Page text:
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Spain's top expat jobs

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Spain's top expat jobs
Don't be put off from looking for a job in Spain if you don't speak the language. Photo: Victor1558/Flickr
09:51 CET+01:00
If your hopes of looking for work in Spain have been dented by news of sky-high unemployment rates, ever-decreasing salaries and long working hours, think again.
There are still a number of industries where skilled foreign employees are very much in demand. We spoke to recruiting specialists and expats with on-the-ground knowledge to find out which jobs are hot in 2013.
 
Engineering: According to a recent study by recruitment giant Manpower, engineering was the most sought-after qualification in Spain in 2012. If you have some valuable work experience under your belt and can understand enough technical Spanish to communicate with co-workers, you may well be in with a shot. Test engineer at Airbus Spain Héctor López has several foreign colleagues: "At a big multinational like this, you can get away with only speaking English. It's unlikely you can for a small national firm though."
 
Customer service and after-sales assistance: If languages are your forte, you're in with a chance of getting work at one of the many call centres international companies have in Spain. Speaking Finnish, German or Danish may prove more crucial than Spanish!
 
IT: Tech jobs aimed at expats are widely advertised online, from software testers with French to programmers with Dutch. Manpower told The Local that Spanish recruiters are currently scouring  the job market for iOS and Android developers, SAP experts and SEO and SEM strategists.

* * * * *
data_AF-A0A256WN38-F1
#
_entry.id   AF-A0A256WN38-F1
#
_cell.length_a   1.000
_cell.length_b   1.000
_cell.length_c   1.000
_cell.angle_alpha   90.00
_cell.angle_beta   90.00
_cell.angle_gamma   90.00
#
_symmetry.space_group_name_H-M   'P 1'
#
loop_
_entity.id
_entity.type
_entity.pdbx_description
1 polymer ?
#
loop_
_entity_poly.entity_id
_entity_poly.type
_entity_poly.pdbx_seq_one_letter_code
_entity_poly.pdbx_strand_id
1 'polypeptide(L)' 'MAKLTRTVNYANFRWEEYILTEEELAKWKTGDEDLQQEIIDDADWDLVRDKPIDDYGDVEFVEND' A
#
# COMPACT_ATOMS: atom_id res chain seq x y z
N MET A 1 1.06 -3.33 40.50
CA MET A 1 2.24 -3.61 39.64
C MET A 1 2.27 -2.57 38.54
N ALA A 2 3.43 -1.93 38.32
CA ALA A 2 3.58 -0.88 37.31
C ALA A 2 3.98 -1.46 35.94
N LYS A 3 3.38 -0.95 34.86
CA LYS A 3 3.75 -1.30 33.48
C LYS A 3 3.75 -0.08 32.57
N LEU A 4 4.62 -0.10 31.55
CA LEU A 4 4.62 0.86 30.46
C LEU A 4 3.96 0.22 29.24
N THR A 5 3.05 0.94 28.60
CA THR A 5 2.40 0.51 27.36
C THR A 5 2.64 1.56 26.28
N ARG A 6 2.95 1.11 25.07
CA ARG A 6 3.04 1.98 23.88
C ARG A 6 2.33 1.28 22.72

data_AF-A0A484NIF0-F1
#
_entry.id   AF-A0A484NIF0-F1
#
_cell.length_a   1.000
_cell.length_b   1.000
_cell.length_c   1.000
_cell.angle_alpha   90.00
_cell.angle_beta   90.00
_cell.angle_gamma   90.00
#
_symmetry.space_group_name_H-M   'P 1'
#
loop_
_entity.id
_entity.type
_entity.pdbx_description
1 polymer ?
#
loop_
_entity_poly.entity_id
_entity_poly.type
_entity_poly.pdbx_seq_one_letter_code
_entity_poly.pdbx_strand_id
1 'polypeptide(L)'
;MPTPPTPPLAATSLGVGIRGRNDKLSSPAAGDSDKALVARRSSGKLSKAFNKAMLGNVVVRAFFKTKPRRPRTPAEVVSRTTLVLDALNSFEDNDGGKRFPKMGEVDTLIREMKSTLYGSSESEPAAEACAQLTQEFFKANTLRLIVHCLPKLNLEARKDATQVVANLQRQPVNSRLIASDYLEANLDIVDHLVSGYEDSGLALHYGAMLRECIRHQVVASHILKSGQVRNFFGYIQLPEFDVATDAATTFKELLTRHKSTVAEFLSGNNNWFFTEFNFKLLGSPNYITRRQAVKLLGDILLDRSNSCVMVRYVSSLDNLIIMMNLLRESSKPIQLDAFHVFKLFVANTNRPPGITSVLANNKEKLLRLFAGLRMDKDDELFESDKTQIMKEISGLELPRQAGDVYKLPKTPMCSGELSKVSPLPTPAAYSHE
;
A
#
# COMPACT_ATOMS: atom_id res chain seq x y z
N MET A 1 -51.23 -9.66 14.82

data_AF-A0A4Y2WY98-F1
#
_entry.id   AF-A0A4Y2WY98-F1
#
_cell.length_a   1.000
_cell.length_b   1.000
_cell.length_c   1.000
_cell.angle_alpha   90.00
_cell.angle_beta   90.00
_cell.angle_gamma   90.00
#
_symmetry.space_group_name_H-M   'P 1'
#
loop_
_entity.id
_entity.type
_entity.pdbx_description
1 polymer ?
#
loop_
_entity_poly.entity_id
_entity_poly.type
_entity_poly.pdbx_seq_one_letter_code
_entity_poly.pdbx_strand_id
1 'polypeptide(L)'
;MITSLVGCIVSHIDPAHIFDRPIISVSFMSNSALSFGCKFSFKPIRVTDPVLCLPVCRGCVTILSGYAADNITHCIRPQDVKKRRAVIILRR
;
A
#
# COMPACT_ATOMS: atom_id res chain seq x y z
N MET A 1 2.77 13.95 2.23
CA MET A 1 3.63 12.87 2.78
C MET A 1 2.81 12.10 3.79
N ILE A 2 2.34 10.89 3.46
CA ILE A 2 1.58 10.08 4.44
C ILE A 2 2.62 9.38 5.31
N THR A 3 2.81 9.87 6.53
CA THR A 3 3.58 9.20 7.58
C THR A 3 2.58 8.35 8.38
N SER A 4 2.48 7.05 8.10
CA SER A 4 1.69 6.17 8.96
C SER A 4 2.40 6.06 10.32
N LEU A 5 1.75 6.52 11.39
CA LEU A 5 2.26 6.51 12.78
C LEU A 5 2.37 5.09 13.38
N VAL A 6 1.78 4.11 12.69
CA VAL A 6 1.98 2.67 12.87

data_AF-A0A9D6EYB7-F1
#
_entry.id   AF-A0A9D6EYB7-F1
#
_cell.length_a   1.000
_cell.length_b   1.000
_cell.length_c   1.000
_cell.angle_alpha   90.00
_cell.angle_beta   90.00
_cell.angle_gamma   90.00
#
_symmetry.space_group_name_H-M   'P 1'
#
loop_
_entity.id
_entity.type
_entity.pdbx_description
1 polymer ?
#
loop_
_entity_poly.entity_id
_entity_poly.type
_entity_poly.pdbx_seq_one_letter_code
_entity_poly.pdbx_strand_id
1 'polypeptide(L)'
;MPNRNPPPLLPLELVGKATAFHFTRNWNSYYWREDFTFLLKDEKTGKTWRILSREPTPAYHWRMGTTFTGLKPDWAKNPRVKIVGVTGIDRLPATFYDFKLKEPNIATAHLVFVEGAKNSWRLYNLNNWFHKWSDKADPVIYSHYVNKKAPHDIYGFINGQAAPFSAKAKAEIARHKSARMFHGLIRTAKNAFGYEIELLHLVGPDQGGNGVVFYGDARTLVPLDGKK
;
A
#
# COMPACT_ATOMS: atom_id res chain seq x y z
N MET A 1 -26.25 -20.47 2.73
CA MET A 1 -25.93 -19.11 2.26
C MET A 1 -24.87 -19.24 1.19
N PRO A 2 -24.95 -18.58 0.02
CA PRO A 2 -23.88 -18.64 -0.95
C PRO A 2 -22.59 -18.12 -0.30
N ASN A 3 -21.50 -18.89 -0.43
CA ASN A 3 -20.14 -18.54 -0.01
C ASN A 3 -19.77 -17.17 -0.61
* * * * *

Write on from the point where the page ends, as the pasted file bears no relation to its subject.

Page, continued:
Finance: Leticia Herrán, director at Antal International's Spain recruitment agency, thinks local job candidates for financial roles tend to lack international experience that foreign contenders often have. "If the job involves working on an international scale rather than just in Spain, foreign candidates don't necessarily have to be fluent in Spanish." Manpower headhunter María José Martín adds, "If you have relevant experience, languages and are willing to relocate, you can find a job as a financial director, collections manager or treasury inspector." 
 
Online Marketing: International accounts manager Benoit Folinais says he spoke little-to-no Spanish when he landed his first online marketing job in Madrid five years ago. He's since worked for internet companies Zenio, Kelkoo and now Yahoo. "Although I'm now fluent in Spanish, I landed most of my jobs by being proactive, networking on LinkedIn and with other expats in Spain, and by speaking three other languages." Community and social media management jobs are widely advertised on Spanish job sites.
 
Skilled trades: Manpower’s study on Spain’s skills shortage points out the lack of skilled manual labourers. If you’re a plumber, mechanic, welder or electrician who speaks Spanish or is willing to learn, you could well be in luck.
 
Language teaching: Seen by many expats as a means of making an ‘easy’ living or as a useful back-up plan whilst looking for other work, teaching English in Spain can certainly be worthwhile. Flexible hours, good pay and plenty of demand make it a great way to kick-start your Spanish career. Many other languages are also sought after for private lessons or in offices. Make sure you contact language schools before moving and get a fast-track qualification in teaching if you have no prior experience.
 
Visit The Local's job section by clicking here.
 

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